It may be difficult for anyone now under the age of 30 to imagine, but for most of the twentieth century the birthday of Abraham Lincoln was keenly celebrated in the United States, particularly in those states which had participated in the effort to preserve the Union during the Civil War. In fact, the earliest known commemoration of Lincoln’s birthday dates to 1874 in Buffalo, New York. Buffalo pharmacist Julius Francis took up the mantle of advocating a federal holiday in honor of Lincoln on his birthday, and repeatedly petitioned Congress toward that end. By 1909, when the Lincoln Centennial was celebrated, the idea of commemorating Lincoln’s birthday as a holiday had taken a firm hold on the public imagination.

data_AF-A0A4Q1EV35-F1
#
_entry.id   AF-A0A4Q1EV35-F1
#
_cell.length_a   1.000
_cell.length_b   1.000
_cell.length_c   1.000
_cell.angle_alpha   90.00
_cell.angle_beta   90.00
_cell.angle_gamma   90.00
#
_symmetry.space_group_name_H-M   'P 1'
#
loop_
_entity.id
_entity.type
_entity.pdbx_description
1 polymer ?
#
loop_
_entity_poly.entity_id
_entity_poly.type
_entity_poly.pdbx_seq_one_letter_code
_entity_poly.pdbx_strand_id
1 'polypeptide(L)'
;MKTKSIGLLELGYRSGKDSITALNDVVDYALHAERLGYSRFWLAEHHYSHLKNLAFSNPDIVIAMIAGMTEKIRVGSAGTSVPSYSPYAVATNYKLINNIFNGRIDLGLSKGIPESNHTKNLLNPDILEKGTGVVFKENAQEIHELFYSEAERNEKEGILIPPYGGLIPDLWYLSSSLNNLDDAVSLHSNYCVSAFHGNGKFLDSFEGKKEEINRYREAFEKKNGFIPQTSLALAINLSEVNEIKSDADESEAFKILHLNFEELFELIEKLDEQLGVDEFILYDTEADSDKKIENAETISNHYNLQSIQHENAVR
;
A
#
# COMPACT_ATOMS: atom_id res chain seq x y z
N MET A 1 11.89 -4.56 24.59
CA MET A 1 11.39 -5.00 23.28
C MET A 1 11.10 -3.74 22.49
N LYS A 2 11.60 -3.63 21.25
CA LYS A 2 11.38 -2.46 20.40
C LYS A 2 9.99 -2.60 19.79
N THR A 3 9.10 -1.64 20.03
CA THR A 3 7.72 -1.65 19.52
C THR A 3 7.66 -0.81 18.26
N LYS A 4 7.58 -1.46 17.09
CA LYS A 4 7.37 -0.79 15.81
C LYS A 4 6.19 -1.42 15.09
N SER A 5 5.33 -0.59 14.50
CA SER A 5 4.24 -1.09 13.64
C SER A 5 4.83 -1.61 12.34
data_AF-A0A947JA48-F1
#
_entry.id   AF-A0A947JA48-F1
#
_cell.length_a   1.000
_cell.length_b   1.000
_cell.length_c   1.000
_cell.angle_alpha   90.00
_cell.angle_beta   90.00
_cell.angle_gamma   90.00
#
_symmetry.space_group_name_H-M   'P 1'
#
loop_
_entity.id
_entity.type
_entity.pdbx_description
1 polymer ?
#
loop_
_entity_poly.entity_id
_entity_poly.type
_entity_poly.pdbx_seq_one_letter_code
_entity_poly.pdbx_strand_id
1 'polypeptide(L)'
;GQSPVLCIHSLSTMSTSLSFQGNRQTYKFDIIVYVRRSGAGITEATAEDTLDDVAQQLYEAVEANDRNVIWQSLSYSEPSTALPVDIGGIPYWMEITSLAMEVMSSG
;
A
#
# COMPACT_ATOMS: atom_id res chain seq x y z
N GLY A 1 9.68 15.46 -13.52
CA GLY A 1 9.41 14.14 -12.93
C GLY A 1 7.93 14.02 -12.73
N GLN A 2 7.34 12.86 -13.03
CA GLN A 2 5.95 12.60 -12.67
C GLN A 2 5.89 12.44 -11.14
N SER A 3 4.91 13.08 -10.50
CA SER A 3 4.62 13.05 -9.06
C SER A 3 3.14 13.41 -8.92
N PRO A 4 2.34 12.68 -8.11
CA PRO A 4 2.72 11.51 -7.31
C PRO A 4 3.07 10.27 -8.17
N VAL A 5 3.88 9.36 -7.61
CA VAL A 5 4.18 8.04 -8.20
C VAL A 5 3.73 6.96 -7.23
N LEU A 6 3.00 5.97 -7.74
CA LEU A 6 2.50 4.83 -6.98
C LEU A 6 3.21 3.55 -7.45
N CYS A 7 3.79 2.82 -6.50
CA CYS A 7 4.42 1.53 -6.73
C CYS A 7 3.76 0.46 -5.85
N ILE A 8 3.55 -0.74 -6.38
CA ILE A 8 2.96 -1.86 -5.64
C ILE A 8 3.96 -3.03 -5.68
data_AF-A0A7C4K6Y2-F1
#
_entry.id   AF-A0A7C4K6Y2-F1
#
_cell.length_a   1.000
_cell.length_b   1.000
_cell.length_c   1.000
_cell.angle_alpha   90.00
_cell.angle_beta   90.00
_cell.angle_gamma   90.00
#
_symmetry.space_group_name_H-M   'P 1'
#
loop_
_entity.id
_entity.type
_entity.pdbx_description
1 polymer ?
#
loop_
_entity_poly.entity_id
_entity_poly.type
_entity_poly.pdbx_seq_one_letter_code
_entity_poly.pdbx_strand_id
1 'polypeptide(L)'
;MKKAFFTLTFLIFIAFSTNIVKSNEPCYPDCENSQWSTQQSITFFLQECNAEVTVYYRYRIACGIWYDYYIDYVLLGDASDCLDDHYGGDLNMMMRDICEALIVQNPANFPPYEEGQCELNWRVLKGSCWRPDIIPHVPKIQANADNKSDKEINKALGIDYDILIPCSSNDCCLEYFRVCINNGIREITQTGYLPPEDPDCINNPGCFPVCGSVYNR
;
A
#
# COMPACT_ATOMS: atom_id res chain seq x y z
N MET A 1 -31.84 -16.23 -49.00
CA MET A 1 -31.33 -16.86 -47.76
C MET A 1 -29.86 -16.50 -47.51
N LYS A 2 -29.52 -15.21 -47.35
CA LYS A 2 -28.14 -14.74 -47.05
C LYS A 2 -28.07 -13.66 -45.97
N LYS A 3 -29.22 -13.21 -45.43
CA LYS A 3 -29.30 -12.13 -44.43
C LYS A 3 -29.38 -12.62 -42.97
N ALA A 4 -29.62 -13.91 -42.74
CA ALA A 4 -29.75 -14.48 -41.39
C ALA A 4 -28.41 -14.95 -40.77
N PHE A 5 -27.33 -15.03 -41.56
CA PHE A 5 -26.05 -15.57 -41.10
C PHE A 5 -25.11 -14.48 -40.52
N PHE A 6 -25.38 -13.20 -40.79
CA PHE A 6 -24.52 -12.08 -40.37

During the years he served as President, Lincoln’s own birthday celebrations were subdued, as the conduct of the war to preserve the Union, the welfare of Union soldiers and other major problems faced by the nation weighed heavily on his conscience. On February 12, 1864—150 years ago today—Lincoln marked his birthday by assuring that James Taylor, a soldier who had been sentenced to death for desertion by Court Martial, would not lose his life.
Brown University’s John Hay Library is home to the McLellan Lincoln Collection, one of the largest and most distinguished Lincoln collections held by an academic institution. These holdings document all aspects of Lincoln’s life, his term as President of the United States, and his legacy in American politics and popular culture. A significant portion of the collection is freely available to the public online in the Brown University Library’s Lincolniana at Brown website.
Contact: Holly Snyder | (401) 863-1515